The best gluten free pie crust is so buttery and flaky, it’s hard to believe that it’s gluten free. But it is!
When someone I love wants a gluten free pie, I’m not afraid of the challenge. It’s On like Donkey Kong, because I believe everyone should be able to enjoy a buttery, flaky crust under their favorite pie filling.
I’ll figure out how to make the best gluten free pie crust!
Ha. That is easier said than done. Pie crust made without wheat gluten binding it together can be a challenge, to say the least. Most of the gluten free pie crust recipes out there are a little lacking. While some of the recipes were palatable, none of them are what I would consider to be a good pie crust.
Creating the best gluten free pie crust was proving to be more difficult than I had expected.
I tried all sorts of replacement binders to take the place of the gluten, but proper texture of the finished product eluded me. Much of the dough was wet and sticky, yet completely fell apart when I tried to manipulate it. Others were so hard and stiff that I would’ve needed a steamroller to flatten them before even thinking of sliding them into pie plates.
When I thought I had mastered the best gluten free pie crust a few different times, it turned to mush after being filled and baked.
Just when I was ready to shelve this project out of frustration, the Aha! moment happened. It was a total game changer in my quest for a “real” gluten free pie crust. I knew that I needed to try yet another binder. This time I tried one that wasn’t a commercially dehydrated and pulverized powdered thickener with chemical properties that I didn’t fully understand. I’d had enough failure at the hands of those pricey substitutes! This time I went for a binder with which I was well acquainted–the egg!
I realize how obvious it all sounds now that I’m typing it, but I was so caught up with the idea of substituting gums and starches for the gluten that I completely overlooked the most common binder available. For generations, many of our grandma’s pie crust recipes contained an egg because it made the crust “nicer” to roll out. Those crafty grandmas were on to to something!
Adding a beaten egg was the keystone to creation of the best gluten free pie crust!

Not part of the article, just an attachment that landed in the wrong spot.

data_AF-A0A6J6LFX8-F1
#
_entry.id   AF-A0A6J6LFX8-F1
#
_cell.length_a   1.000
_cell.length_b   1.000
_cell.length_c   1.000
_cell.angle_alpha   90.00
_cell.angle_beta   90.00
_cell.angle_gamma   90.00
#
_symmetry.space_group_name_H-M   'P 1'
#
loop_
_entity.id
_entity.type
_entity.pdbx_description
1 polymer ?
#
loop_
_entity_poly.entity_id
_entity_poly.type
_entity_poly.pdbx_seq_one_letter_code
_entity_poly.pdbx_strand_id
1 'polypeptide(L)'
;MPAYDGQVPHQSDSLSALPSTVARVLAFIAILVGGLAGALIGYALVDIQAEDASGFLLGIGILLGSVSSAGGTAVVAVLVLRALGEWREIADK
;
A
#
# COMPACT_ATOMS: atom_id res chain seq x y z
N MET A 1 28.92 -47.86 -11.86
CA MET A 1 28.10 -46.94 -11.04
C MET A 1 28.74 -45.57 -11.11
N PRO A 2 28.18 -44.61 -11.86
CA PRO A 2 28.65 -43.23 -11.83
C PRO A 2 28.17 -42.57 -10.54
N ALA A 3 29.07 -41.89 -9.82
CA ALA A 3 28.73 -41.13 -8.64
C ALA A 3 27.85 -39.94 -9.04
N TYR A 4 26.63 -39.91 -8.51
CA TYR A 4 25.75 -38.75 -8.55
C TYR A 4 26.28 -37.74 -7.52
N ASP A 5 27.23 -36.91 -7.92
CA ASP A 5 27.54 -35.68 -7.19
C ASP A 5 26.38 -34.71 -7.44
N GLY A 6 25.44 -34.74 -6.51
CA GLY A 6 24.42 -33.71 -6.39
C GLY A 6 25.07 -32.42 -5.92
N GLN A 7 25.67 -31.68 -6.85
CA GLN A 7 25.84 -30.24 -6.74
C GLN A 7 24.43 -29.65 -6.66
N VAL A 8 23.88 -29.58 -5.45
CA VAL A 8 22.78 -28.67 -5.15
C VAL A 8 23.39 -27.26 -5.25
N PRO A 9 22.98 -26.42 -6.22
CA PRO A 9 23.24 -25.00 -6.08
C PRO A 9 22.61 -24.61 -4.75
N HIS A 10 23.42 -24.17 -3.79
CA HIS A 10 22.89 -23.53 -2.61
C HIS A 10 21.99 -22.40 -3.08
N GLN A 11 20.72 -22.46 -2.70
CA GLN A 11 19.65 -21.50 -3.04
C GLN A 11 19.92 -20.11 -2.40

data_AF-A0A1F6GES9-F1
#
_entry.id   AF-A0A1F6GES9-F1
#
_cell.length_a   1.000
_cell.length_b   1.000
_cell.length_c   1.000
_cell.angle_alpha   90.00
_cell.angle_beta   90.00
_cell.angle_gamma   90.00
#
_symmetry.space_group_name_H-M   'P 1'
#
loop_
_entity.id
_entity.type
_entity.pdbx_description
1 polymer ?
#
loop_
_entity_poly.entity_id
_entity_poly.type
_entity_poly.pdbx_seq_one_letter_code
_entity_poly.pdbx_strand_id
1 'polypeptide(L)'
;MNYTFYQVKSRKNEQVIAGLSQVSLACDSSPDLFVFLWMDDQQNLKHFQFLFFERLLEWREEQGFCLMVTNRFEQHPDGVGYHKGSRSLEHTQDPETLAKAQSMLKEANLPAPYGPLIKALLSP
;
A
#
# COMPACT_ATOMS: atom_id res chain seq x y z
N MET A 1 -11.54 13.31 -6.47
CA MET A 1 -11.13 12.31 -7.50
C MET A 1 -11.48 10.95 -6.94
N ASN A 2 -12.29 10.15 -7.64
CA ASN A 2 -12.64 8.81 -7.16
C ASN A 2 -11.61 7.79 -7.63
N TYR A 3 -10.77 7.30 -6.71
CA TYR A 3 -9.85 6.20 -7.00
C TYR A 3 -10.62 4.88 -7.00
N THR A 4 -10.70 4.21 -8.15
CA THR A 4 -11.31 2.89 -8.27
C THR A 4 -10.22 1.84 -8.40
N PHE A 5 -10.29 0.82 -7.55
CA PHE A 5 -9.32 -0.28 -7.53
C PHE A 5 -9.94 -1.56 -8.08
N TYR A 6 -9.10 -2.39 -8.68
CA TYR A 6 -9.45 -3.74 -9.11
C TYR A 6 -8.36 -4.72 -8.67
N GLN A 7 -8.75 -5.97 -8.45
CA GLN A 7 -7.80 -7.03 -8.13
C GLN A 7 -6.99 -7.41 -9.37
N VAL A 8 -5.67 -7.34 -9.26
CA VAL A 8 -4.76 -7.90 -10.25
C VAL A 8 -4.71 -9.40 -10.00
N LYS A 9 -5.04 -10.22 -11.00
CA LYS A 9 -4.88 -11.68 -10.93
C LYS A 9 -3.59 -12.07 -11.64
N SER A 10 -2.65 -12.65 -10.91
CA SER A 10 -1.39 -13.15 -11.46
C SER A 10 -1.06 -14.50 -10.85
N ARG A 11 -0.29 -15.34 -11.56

Since I’m not a full-time gluten free baker, I used King Arthur Flour’s Gluten Free All Purpose Flour mix as a base. Many of my gluten free friends mix their own flour blends, but I am not yet confident enough with the medium to rely on my own blends. King Arthur Flour does it well, and I trust them. I whisked a pinch of salt into the KAF mix, grated the butter into the bowl, tossed the butter to coat, and then worked a beaten egg into the mixture by hand. The mixture should still contain visible pieces of butter, as it’s that visible butter that will equate to flakiness later.
Comfortably Domestic Tip: I highly recommend using clean hands to make a gluten free crust. Using a mixer or food processor results in weirdly textured dough that is not akin to pie crust. This pastry is very loosely bound together, so it’s much more fragile than dough containing wheat gluten. A careful hand is required.
After incorporating the egg, work in one tablespoon of iced water at a time until the dough clumps into large pieces that hold shape when squeezed. The dough should feel moist but appear a little dry to the eye.
Transfer the dough onto a large sheet of parchment paper. Parchment paper is essential because it is contains silicone, which will give much needed slip when it comes time to roll out the crusts. Divide the crumbles in half on the parchment. Gently work the dough into two disks, ensuring that it is mostly smooth. (A few small cracks around the perimeter are okay.)
Working with one disk at a time, place a barely dampened paper towel over the disk that is not in use. Place another large sheet of parchment over the other disk. Roll the dough between the sheets of parchment to about 12-inches in diameter to line a 9-inch pie plate. Carefully remove the top sheet of parchment paper. If some of the dough sticks to the top sheet, just pick it off and press it back into place.
As I mentioned earlier, gluten free dough is quite fragile. I note this here because it is nearly impossible to lift a rolled gluten free crust to transfer it to the pie plate.
To get the crust into the pie plate with minimal damage:
- Lift the bottom sheet of parchment up off of the counter.
- Center it over top of the pie plate, and quickly flip the the parchment over the plate to get the dough into the plate in the same manner as a traditional wheat crust.
- The bottom sheet of parchment is now on top of the dough in the pie plate. Carefully peel away that bottom (now top) sheet of parchment.
See all of the cracks in the pie dough? Don’t freak out! The dough is very crumbly, but quite forgiving. Simply press the cracks in the pastry together, as if it were modeling clay.
Once any cracks are fixed, lift the overhanging edges and press them into a decorative edge. In my experience, the edge pieces want to fall apart unless I use a heavier hand to squeeze them into
The plain edge can either be left as is or coaxed into a more decorative edge.
The best gluten free pie crust is now ready to be filled and baked!
I’ve included many more helpful tips and tricks for using this gluten free pie dough in various styles of pie in the recipe portion of this post. No matter how you choose to bake it, just know that you’ll end up with the best gluten free pie crust — one with a buttery, almost shortbread-like texture that holds up beautifully to most any filling.
Be sure to come back later to see what I make with my best gluten free pie crust!